Ancient Scandinavia: An Archaeological History From the by T. Douglas Price PDF

By T. Douglas Price

ISBN-10: 019023198X

ISBN-13: 9780190231989

Even if occupied in basic terms rather in brief within the lengthy span of worldwide prehistory, Scandinavia is a rare laboratory for investigating earlier human societies. the realm used to be primarily unoccupied until eventually the tip of the final Ice Age while the melting of massive ice sheets left at the back of a clean, barren land floor, which was once ultimately coated through wildlife. the 1st people didn't arrive until eventually someday after 13,500 BCE. The prehistoric continues to be of human job in Scandinavia - a lot of it remarkably preserved in its toilets, lakes, and fjords - have given archaeologists a richly specified portrait of the evolution of human society. during this e-book, Doug rate offers an archaeological historical past of Scandinavia-a land mass comprising the trendy nations of Denmark, Sweden, and Norway-from the coming of the 1st people after the final Ice Age to the tip of the Viking interval, ca. advert 1050. developed equally to the author's prior booklet, Europe prior to Rome, old Scandinavia offers overviews of every prehistoric epoch by means of distinct, illustrative examples from the archaeological list. An engrossing and accomplished photograph emerges of swap around the millennia, as human society evolves from small bands of hunter - gatherers to giant farming groups to the advanced warrior cultures of the Bronze and Iron a long time, which culminated within the magnificent upward push of the Vikings. the cloth facts of those previous societies - arrowheads from reindeer hunts, megalithic tombs, rock paintings, superbly wrought weaponry, Viking warships - provide shiny testimony to the traditional people who as soon as known as domestic this usually unforgiving fringe of the inhabitable global.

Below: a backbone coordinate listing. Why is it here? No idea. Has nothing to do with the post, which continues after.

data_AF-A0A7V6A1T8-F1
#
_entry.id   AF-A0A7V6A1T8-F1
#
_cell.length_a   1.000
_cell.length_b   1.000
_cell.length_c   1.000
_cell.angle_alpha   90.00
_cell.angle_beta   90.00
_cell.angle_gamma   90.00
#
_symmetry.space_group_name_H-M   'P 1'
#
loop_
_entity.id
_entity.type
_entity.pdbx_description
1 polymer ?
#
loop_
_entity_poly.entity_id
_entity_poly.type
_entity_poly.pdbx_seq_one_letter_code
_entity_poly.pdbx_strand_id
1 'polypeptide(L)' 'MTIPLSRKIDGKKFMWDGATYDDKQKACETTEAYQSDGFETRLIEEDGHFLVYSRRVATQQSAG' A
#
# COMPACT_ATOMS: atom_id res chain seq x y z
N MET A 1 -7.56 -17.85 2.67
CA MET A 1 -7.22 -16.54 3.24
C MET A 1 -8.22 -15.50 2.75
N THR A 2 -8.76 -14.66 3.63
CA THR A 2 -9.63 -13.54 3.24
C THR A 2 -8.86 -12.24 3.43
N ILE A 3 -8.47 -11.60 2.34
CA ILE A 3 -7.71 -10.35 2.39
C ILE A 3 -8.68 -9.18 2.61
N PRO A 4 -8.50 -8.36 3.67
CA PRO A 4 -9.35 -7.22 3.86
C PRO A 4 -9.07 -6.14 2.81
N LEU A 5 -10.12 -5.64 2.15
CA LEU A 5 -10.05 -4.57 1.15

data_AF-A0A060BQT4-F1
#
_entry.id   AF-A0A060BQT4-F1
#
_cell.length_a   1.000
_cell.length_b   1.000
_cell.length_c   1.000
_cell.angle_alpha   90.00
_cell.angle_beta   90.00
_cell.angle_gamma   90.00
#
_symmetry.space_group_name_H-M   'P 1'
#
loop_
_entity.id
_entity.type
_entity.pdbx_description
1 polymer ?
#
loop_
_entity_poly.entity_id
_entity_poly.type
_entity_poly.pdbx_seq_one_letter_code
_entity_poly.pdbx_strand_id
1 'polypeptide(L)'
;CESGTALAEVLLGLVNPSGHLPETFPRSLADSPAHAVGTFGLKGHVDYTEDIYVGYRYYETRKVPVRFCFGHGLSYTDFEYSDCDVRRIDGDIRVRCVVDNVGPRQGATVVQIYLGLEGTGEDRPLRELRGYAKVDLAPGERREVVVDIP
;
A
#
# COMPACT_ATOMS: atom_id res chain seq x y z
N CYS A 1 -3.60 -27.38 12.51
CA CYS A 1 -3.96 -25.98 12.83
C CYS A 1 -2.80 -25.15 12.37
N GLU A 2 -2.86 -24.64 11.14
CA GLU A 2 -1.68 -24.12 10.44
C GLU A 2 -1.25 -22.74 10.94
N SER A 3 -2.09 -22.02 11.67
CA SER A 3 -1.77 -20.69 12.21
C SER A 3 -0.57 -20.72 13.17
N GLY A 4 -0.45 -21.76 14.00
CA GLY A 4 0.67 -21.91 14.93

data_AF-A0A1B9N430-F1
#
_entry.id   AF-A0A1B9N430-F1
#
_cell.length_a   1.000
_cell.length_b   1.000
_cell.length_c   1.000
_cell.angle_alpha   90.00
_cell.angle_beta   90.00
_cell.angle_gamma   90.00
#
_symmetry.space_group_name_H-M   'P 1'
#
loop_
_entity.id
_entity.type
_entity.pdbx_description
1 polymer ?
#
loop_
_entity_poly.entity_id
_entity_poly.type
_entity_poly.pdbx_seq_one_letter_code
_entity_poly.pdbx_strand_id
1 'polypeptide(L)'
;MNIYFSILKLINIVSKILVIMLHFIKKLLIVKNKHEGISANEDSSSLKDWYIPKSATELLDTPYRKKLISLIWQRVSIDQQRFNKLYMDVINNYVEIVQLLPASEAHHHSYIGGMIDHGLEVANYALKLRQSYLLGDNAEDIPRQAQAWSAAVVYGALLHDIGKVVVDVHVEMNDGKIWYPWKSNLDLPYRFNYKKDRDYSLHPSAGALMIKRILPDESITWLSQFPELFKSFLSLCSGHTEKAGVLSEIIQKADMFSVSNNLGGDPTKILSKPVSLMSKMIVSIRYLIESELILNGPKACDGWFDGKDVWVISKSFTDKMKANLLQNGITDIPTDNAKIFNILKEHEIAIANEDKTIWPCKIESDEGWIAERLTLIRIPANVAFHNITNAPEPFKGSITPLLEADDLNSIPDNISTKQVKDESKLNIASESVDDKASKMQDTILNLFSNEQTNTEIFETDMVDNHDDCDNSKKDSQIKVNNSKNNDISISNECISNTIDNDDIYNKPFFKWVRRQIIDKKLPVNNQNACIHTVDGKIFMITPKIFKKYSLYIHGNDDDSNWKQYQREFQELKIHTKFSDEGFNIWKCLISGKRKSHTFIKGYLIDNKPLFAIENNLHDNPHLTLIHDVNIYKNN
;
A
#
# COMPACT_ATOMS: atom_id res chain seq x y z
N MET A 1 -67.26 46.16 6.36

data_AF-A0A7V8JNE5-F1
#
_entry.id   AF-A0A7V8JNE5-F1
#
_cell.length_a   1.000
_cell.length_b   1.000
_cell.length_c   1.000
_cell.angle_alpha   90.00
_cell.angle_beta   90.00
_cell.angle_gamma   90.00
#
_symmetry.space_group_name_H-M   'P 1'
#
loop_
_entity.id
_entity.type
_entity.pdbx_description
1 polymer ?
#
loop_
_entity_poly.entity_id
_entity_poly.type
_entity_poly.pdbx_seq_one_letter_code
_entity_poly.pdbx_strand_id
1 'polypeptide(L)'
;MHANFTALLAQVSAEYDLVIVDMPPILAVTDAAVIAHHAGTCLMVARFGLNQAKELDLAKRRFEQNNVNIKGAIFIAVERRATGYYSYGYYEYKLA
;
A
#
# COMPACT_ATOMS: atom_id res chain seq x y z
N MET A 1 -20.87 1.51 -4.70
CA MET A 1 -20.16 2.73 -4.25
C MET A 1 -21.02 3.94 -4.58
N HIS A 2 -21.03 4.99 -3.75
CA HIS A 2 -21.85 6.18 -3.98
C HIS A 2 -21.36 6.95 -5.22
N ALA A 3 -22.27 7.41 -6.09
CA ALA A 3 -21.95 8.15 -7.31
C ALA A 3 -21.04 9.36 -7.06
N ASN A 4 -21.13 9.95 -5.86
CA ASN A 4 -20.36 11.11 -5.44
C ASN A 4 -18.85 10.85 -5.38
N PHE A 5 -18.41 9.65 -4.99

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Karl IX’s disastrous defeat at Kirkholm (September 1605) provided sufficient evidence of that. 30 Sweden was a respectable second-rate monarchy in 1611, no mean accomplishment for a state with such humble beginnings. There was nothing, however, to suggest potential for national ‘greatness’, that Sweden might make its influence felt in European politics beyond the Baltic. And even in the Baltic world, it was overshadowed by Poland and Denmark. For all of the commercial labors of its kings, Sweden remained an impoverished state, and the constitutional fissures that had begun to open wide after 1587 hinted at an impending crisis over the nature of political authority.

All five of the early Vasa kings had come face-to-face with internal challenges to their authority. Two of them – Erik and Sigismund – had of course succumbed; nonetheless, the authority of the crown was undiminished when Karl IX died in 1611. Given the odds ranged against it, the most remarkable thing about the Vasa ‘experiment’ was that the kingdom survived intact to greet the new century. That is not to say, however, that the Vasa state had survived unchanged, or that the problems that had confronted Gustav Vasa had been solved.

Moreover, the Catholic experiment exacerbated the growing split between Johan and his brother Karl of Södermanland. 13 The Catholic experiment allowed Karl to pose as the defender of the Lutheran faith. Johan III managed to suppress Karl’s ambitions, and before the end of the reign the two brothers had reconciled, at least formally. But by the late 1580s, as Johan drew closer to death, the likelihood of a smooth dynastic succession did not appear promising. Johan’s eldest son and designated heir, Prince Sigismund, had converted to Catholicism as a boy, and refused to give up his faith when Johan ceased his efforts to return Sweden to papal obedience.

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Ancient Scandinavia: An Archaeological History From the First Humans to the Vikings by T. Douglas Price

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